Guy Harvey’s innovative art on metal
Guy Harvey’s signature style is his vibrant paintings of aquatic wildlife taken from his experiences as a marine biologist. The mix of science and art isn’t common among famous painters, which is why Harvey’s art is so innovative.
It’s no wonder, then, that Harvey has gravitated toward Park West Gallery’s new and innovative art medium. The gallery has begun the production of digital multiples on metal; instead of a canvas, paper or wood, these images are made on a thin sheet of aluminum through a process called dye sublimation. The images are printed out on special paper using dye-based inks, then are essentially “baked” onto the sheet of metal. The colors are printed as vaporized dye returns to its solid form, hence the term “sublimation.”
The medium is innovative for a multitude of reasons: the colors appear much more vibrant, they take longer to fade, they are inexpensive and they are scratch-proof.
“It’s almost like looking at a computer screen, the image pops out at you,” Harvey says. “The colors are bright, they’re kind of shiny, and they look alive and electric; and of course, the framing that Park West does is unbelievably good, so the overall package is really a fantastic offering.”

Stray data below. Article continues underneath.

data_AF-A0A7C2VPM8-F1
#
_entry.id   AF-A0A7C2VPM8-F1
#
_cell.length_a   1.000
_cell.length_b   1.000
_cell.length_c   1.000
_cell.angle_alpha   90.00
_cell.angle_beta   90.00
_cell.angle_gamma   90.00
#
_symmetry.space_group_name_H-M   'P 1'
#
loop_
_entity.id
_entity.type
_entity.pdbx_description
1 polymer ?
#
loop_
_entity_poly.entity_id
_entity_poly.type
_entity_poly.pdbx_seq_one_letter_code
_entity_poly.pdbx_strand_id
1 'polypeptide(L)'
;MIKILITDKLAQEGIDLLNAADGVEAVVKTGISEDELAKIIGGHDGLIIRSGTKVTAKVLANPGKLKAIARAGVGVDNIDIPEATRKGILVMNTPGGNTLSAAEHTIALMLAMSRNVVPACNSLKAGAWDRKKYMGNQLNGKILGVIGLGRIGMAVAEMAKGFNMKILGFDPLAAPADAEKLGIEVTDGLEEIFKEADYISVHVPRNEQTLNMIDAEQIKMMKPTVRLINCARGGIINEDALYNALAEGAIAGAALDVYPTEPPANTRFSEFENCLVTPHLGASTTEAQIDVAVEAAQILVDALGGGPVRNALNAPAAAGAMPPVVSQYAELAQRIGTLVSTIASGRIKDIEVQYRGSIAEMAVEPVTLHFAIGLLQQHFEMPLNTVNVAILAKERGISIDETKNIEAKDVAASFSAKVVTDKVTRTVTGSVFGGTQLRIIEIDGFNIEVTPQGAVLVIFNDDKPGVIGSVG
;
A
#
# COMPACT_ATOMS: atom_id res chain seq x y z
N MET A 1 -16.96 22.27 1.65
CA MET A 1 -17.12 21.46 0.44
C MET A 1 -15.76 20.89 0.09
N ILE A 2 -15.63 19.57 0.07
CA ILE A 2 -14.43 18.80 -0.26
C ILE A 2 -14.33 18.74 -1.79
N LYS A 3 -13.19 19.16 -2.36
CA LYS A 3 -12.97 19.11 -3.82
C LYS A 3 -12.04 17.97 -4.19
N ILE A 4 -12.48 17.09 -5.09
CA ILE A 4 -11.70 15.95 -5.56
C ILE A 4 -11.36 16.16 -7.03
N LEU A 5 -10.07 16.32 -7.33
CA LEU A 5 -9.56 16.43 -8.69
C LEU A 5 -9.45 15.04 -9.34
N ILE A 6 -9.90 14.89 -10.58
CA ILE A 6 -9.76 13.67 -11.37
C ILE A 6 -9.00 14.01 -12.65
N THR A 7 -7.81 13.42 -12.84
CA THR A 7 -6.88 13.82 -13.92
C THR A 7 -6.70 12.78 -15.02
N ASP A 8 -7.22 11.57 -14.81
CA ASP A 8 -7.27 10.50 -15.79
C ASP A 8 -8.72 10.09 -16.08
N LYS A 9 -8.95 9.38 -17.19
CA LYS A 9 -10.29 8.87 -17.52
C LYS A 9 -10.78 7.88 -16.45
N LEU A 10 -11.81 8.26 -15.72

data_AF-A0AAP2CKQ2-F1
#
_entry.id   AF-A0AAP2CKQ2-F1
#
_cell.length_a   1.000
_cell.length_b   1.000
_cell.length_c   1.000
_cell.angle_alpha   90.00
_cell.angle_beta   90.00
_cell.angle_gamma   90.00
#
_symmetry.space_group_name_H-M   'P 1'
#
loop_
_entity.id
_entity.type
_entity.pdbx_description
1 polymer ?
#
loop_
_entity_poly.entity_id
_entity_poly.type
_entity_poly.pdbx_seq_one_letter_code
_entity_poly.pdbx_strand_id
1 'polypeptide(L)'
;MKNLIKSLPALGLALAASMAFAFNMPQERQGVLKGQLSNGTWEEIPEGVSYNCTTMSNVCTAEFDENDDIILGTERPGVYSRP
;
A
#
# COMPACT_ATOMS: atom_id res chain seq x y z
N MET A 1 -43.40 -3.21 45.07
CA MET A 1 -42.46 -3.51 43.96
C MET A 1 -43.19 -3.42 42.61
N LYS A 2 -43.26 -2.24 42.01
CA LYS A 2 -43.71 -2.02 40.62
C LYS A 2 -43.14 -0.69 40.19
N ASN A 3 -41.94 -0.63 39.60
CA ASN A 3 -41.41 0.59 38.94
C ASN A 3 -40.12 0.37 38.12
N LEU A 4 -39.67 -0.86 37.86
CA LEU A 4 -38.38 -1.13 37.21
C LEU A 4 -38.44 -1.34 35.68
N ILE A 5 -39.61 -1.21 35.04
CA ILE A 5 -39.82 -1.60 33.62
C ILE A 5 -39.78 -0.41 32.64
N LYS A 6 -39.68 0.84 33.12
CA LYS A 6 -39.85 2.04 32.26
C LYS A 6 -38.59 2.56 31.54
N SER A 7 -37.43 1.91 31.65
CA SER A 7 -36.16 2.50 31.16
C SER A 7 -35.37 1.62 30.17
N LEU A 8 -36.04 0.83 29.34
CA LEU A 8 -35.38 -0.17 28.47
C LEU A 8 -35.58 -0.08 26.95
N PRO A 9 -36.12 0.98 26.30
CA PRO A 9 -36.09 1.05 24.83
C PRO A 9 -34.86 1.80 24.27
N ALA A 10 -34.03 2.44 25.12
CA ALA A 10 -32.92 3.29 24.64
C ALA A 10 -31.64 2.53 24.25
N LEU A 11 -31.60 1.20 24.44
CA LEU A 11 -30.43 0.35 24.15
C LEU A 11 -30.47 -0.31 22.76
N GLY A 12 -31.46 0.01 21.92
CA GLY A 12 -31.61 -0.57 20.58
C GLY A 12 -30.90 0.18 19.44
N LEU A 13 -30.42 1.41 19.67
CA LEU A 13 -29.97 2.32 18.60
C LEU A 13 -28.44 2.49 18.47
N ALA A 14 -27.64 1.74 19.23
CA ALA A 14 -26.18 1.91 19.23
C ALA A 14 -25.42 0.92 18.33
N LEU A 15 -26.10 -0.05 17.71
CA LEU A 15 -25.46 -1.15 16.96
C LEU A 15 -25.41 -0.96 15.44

The caveat of dye sublimation, though, is that not all art is conducive to the medium. Art that doesn’t portray bright colors or clean-cut scenes tend to look similar to their canvas counterparts, which almost defeats the purpose of the digital multiples on metal. In addition to Harvey – whose bright blue colors and crisp images of marine wildlife are eye-popping on metal – several other Park West artists work very well with the medium, such as Donna Sharam, Tim Yanke and Michael Cheval.
It’s apparent by now that Harvey is very involved in advancing science and the world of art. What most tend to look over, though, is that Harvey is also dedicated to advancing the culture of art education. Harvey understands that art is important to childhood development, as it helped him become the artist he is today.
“The early influence of the parents was huge,” Harvey said in an interview with T Brand Studio of the New York Times. “I’ve lovingly developed my techniques and broadened the media I use to suit the work I do now, but I’ve also turned it into a profitable business. So my hobby became my profession.”
Harvey channels his desire to educate youth on art and science into his Guy Harvey Ocean Foundation, a program that supports efforts to educate people about ocean wildlife preservation through projects in coalition with other organizations. He realized that part of the reason he became an artist was actually due to his science endeavors; he wants to parlay that realization into helping kids unlock their creative side.
Check out Park West Gallery’s collection of Guy Harvey artwork.